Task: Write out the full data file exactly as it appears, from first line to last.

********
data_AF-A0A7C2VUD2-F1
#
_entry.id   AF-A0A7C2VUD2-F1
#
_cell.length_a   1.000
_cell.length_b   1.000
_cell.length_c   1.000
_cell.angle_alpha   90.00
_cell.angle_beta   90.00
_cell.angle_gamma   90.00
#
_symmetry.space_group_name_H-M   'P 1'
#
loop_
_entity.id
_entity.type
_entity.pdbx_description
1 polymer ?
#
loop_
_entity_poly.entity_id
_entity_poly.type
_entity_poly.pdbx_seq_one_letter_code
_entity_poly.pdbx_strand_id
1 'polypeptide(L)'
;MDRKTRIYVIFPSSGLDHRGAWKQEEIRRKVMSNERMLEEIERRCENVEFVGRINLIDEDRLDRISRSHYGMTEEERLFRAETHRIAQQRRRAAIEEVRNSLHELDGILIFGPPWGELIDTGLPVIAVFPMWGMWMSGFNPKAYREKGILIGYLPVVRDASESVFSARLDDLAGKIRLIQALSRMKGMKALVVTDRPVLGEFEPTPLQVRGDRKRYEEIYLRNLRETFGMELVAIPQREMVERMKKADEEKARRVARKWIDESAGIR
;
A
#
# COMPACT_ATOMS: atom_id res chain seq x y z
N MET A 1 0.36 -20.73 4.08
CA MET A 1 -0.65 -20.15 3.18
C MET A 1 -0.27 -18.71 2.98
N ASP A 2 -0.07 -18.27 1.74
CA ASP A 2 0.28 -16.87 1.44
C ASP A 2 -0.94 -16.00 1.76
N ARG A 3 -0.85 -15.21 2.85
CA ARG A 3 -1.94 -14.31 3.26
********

data_AF-A0A7C2VUD2-F1
#
_entry.id   AF-A0A7C2VUD2-F1
#
_cell.length_a   1.000
_cell.length_b   1.000
_cell.length_c   1.000
_cell.angle_alpha   90.00
_cell.angle_beta   90.00
_cell.angle_gamma   90.00
#
_symmetry.space_group_name_H-M   'P 1'
#
loop_
_entity.id
_entity.type
_entity.pdbx_description
1 polymer ?
#
loop_
_entity_poly.entity_id
_entity_poly.type
_entity_poly.pdbx_seq_one_letter_code
_entity_poly.pdbx_strand_id
1 'polypeptide(L)'
;MDRKTRIYVIFPSSGLDHRGAWKQEEIRRKVMSNERMLEEIERRCENVEFVGRINLIDEDRLDRISRSHYGMTEEERLFRAETHRIAQQRRRAAIEEVRNSLHELDGILIFGPPWGELIDTGLPVIAVFPMWGMWMSGFNPKAYREKGILIGYLPVVRDASESVFSARLDDLAGKIRLIQALSRMKGMKALVVTDRPVLGEFEPTPLQVRGDRKRYEEIYLRNLRETFGMELVAIPQREMVERMKKADEEKARRVARKWIDESAGIR
;
A
#
# COMPACT_ATOMS: atom_id res chain seq x y z
N MET A 1 0.36 -20.73 4.08
CA MET A 1 -0.65 -20.15 3.18
C MET A 1 -0.27 -18.71 2.98
N ASP A 2 -0.07 -18.27 1.74
CA ASP A 2 0.28 -16.87 1.44
C ASP A 2 -0.94 -16.00 1.76
N ARG A 3 -0.85 -15.21 2.85
CA ARG A 3 -1.94 -14.31 3.26